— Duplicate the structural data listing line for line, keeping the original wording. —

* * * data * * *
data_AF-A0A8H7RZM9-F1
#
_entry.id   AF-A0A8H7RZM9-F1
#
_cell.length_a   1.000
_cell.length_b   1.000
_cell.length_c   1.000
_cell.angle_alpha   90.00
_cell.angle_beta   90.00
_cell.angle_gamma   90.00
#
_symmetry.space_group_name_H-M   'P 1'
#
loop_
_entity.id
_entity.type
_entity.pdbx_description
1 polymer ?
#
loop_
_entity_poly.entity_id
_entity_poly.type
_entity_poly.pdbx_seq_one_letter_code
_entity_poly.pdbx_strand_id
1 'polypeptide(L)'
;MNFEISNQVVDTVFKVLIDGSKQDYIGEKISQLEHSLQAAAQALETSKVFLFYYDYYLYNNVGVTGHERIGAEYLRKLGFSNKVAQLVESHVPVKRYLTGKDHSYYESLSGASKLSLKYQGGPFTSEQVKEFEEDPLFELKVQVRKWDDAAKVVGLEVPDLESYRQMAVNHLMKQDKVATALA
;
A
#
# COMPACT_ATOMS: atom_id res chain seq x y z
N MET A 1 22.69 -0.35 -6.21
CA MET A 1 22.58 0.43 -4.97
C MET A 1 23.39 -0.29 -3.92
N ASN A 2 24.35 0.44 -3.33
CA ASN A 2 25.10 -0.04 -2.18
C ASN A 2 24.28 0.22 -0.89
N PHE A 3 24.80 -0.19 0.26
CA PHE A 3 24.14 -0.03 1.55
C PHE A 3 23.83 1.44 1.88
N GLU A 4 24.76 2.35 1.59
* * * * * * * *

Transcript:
data_AF-A0A8H7RZM9-F1
#
_entry.id   AF-A0A8H7RZM9-F1
#
_cell.length_a   1.000
_cell.length_b   1.000
_cell.length_c   1.000
_cell.angle_alpha   90.00
_cell.angle_beta   90.00
_cell.angle_gamma   90.00
#
_symmetry.space_group_name_H-M   'P 1'
#
loop_
_entity.id
_entity.type
_entity.pdbx_description
1 polymer ?
#
loop_
_entity_poly.entity_id
_entity_poly.type
_entity_poly.pdbx_seq_one_letter_code
_entity_poly.pdbx_strand_id
1 'polypeptide(L)'
;MNFEISNQVVDTVFKVLIDGSKQDYIGEKISQLEHSLQAAAQALETSKVFLFYYDYYLYNNVGVTGHERIGAEYLRKLGFSNKVAQLVESHVPVKRYLTGKDHSYYESLSGASKLSLKYQGGPFTSEQVKEFEEDPLFELKVQVRKWDDAAKVVGLEVPDLESYRQMAVNHLMKQDKVATALA
;
A
#
# COMPACT_ATOMS: atom_id res chain seq x y z
N MET A 1 22.69 -0.35 -6.21
CA MET A 1 22.58 0.43 -4.97
C MET A 1 23.39 -0.29 -3.92
N ASN A 2 24.35 0.44 -3.33
CA ASN A 2 25.10 -0.04 -2.18
C ASN A 2 24.28 0.22 -0.89
N PHE A 3 24.80 -0.19 0.26
CA PHE A 3 24.14 -0.03 1.55
C PHE A 3 23.83 1.44 1.88
N GLU A 4 24.76 2.35 1.59